Interacting with Colors

First there was Flippaper, a project between a drafting table and a pinball. Take a few felt pens, draw a few shapes, press SCAN and ta-dah!, not only does your drawing lights up but a virtual ball appears and react to it. Through a language of shapes and colours, Flippaper allows you to create your own pinball, game-play and look.

Over time, we realised that this idea of interaction between colour and paper was more than just one project worthy and that we were not bound by paper and felt pens. This motivated us to first create a library and then release setups to ease the whole canvas/pigment interaction process.

The concept

Our core principle is to be able to interact with a drawing made on any surface. More than that, it's to allow the machine to behave in a way that is linked with the drawing. Sometimes this will end up as an interaction (for instance the Flippaper) sometimes it can stay generative (a machine that will try to complete the drawing you gave it).
For that to happen, our technology will issue a set of description from the drawing captured. This description will be then linked with behaviour that will define how the machine (and user) interact with the drawing.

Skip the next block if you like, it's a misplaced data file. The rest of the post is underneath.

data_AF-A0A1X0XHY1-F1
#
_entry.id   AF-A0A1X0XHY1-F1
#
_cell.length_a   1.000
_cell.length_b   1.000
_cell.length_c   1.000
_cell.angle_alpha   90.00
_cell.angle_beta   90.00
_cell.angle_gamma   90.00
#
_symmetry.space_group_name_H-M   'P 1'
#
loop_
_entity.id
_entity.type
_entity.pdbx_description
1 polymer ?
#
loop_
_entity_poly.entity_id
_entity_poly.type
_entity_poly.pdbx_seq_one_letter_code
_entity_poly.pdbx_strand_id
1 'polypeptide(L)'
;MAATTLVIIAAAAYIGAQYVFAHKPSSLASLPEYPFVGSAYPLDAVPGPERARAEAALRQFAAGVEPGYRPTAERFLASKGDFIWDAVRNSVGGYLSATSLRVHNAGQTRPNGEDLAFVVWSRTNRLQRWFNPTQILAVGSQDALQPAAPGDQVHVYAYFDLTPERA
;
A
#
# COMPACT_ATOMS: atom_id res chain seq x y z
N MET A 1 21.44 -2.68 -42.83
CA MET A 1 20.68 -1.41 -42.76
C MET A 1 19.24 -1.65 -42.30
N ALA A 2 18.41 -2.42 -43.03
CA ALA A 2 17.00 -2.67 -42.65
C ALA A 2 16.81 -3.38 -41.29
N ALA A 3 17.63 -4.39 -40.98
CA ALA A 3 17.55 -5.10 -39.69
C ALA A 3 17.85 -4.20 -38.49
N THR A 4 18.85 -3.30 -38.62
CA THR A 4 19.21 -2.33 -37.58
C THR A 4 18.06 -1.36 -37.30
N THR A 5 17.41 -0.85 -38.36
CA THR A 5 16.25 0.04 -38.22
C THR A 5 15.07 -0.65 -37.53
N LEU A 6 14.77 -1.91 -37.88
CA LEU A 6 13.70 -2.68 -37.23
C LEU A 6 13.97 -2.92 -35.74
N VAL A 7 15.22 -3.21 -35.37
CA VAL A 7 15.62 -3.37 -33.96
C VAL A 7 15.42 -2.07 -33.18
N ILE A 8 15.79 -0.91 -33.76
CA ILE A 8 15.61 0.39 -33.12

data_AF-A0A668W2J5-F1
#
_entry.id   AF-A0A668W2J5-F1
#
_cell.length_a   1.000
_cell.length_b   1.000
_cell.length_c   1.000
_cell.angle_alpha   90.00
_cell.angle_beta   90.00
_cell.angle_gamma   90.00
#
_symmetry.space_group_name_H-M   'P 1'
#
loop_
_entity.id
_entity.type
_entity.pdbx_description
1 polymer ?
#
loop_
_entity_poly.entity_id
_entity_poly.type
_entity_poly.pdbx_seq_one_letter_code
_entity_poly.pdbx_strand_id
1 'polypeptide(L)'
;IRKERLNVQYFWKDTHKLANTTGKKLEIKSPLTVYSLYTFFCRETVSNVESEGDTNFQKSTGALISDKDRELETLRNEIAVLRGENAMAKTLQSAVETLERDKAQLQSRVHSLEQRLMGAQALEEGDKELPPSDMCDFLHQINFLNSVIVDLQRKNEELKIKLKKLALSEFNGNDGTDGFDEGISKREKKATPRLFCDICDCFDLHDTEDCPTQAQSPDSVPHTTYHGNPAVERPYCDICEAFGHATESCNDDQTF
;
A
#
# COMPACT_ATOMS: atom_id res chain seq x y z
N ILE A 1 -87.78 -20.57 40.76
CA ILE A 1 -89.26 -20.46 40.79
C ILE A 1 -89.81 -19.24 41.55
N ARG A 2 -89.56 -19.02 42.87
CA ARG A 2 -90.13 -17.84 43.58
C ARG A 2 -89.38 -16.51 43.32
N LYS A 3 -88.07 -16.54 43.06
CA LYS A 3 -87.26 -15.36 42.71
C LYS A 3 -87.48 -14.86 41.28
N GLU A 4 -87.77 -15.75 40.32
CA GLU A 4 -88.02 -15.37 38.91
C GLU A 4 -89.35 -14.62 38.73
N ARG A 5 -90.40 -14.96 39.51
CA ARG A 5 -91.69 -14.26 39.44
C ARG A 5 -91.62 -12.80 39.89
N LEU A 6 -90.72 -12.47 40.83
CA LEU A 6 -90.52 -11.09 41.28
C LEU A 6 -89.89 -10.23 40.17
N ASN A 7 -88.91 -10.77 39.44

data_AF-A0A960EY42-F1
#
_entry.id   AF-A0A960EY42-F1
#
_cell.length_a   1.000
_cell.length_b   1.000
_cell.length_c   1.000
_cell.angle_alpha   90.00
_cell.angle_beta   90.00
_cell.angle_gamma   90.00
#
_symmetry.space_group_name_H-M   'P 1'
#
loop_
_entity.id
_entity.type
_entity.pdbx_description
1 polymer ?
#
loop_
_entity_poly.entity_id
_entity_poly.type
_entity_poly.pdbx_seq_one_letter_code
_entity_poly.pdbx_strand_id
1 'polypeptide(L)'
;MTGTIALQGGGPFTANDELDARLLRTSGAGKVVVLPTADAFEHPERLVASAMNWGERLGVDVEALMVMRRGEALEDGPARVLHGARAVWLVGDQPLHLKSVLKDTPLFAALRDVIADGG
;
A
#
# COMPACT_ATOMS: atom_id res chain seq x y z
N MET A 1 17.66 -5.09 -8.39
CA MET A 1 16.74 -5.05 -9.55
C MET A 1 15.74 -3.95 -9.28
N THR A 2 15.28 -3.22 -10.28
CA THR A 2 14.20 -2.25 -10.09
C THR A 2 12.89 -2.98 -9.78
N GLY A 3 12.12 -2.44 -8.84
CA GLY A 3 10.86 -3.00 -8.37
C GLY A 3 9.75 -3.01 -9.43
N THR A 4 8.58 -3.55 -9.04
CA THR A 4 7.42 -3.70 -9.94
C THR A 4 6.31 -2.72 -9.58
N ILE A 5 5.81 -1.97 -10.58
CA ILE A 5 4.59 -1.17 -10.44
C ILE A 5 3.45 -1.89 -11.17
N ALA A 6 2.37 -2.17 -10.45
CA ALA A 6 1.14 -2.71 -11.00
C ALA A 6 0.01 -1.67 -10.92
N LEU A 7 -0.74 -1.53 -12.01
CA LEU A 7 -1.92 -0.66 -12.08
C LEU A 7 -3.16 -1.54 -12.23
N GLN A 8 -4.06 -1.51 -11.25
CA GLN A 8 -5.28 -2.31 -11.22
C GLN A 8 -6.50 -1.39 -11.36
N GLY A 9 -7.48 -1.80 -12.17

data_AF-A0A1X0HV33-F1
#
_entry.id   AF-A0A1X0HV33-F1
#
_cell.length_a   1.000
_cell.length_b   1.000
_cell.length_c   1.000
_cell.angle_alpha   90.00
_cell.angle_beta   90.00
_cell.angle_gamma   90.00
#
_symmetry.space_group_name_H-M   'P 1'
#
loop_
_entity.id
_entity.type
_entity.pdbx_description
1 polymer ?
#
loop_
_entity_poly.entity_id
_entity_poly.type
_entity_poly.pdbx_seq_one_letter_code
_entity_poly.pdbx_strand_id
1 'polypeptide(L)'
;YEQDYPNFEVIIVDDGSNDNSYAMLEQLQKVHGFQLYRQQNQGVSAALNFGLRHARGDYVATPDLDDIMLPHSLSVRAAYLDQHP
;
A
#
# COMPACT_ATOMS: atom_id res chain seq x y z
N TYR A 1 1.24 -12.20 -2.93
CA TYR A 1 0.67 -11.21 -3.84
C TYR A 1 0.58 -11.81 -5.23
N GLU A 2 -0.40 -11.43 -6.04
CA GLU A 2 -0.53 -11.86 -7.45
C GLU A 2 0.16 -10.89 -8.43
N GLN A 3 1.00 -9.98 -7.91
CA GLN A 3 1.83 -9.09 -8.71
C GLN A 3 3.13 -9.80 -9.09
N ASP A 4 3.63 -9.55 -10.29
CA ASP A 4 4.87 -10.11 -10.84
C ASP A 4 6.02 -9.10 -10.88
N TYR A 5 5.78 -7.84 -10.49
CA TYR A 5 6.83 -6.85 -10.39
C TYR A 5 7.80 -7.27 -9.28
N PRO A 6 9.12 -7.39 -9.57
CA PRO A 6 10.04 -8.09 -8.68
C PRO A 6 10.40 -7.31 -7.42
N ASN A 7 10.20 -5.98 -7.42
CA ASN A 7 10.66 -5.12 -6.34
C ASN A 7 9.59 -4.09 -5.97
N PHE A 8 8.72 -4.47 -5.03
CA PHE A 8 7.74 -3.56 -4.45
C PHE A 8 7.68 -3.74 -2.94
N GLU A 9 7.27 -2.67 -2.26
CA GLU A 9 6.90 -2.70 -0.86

The canvas can be a wall, a chalkboard, a thin waffle... and the drawing can be based on paint cans, magnets, felt pens, coloured sugary syrups...

The kit

In order to both capture the drawing and draw on top of it, you need a webcam, a video projector and ... a way to attach them. For that, we're creating a stand that makes it easy to use the whole system both on a table and on a wall. Nice for prototyping, as good for exhibiting your projects.

The library, PTX system

The library is an ever growing bite of code which holds both the core mechanism (description of drawing) as well as a template to help calibrate the system. This templates is a graphical interface that allows you to calibrate your picture (both on the exposure/colour and on the optical correction side), specify the colours of interest and helps you debug any issue along the way. The templates is also a very good starting point for your own project since all the little things are already taken care of for you.

Right now, the library exist both in C++ (we use it with Cinder, should work with everything) and in Java (aimed at Processing). Once all calibration is done, the library returns you a list of areas (each is a separate part of your drawing) with a list of descriptions. It's then up to you to use them in your code to give life to some crazy, or even non crazy, ideas!


Curious about all that? Drop us a message by mail or through the social links in the top navigation bar, we'll be happy to hear from you!